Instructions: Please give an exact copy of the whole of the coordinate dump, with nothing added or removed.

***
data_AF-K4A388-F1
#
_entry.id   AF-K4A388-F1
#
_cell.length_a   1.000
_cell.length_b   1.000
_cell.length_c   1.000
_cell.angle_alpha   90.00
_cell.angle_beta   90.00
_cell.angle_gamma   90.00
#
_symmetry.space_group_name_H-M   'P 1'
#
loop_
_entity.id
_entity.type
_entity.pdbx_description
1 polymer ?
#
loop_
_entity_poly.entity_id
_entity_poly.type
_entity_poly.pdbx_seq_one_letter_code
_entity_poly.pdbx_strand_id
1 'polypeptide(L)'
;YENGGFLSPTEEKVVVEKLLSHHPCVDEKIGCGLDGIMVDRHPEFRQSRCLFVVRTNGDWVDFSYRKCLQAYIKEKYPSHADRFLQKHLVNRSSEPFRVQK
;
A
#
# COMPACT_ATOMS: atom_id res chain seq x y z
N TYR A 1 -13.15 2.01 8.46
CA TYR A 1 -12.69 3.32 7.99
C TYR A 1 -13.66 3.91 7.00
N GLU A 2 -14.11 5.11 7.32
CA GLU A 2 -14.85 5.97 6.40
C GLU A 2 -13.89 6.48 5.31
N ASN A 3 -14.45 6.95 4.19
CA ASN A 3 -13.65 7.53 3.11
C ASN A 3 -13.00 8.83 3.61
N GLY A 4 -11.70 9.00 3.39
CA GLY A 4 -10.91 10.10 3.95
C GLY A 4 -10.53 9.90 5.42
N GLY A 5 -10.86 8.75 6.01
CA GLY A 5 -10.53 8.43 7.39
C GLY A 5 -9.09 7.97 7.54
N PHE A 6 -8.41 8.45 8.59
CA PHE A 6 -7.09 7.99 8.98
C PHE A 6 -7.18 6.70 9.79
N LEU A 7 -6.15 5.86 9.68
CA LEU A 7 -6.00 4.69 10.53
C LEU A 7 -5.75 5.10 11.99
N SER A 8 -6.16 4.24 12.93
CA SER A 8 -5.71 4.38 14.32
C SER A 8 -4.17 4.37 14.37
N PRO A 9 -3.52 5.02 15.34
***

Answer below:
data_AF-K4A388-F1
#
_entry.id   AF-K4A388-F1
#
_cell.length_a   1.000
_cell.length_b   1.000
_cell.length_c   1.000
_cell.angle_alpha   90.00
_cell.angle_beta   90.00
_cell.angle_gamma   90.00
#
_symmetry.space_group_name_H-M   'P 1'
#
loop_
_entity.id
_entity.type
_entity.pdbx_description
1 polymer ?
#
loop_
_entity_poly.entity_id
_entity_poly.type
_entity_poly.pdbx_seq_one_letter_code
_entity_poly.pdbx_strand_id
1 'polypeptide(L)'
;YENGGFLSPTEEKVVVEKLLSHHPCVDEKIGCGLDGIMVDRHPEFRQSRCLFVVRTNGDWVDFSYRKCLQAYIKEKYPSHADRFLQKHLVNRSSEPFRVQK
;
A
#
# COMPACT_ATOMS: atom_id res chain seq x y z
N TYR A 1 -13.15 2.01 8.46
CA TYR A 1 -12.69 3.32 7.99
C TYR A 1 -13.66 3.91 7.00
N GLU A 2 -14.11 5.11 7.32
CA GLU A 2 -14.85 5.97 6.40
C GLU A 2 -13.89 6.48 5.31
N ASN A 3 -14.45 6.95 4.19
CA ASN A 3 -13.65 7.53 3.11
C ASN A 3 -13.00 8.83 3.61
N GLY A 4 -11.70 9.00 3.39
CA GLY A 4 -10.91 10.10 3.95
C GLY A 4 -10.53 9.90 5.42
N GLY A 5 -10.86 8.75 6.01
CA GLY A 5 -10.53 8.43 7.39
C GLY A 5 -9.09 7.97 7.54
N PHE A 6 -8.41 8.45 8.59
CA PHE A 6 -7.09 7.99 8.98
C PHE A 6 -7.18 6.70 9.79
N LEU A 7 -6.15 5.86 9.68
CA LEU A 7 -6.00 4.69 10.53
C LEU A 7 -5.75 5.10 11.99
N SER A 8 -6.16 4.24 12.93
CA SER A 8 -5.71 4.38 14.32
C SER A 8 -4.17 4.37 14.37
N PRO A 9 -3.52 5.02 15.34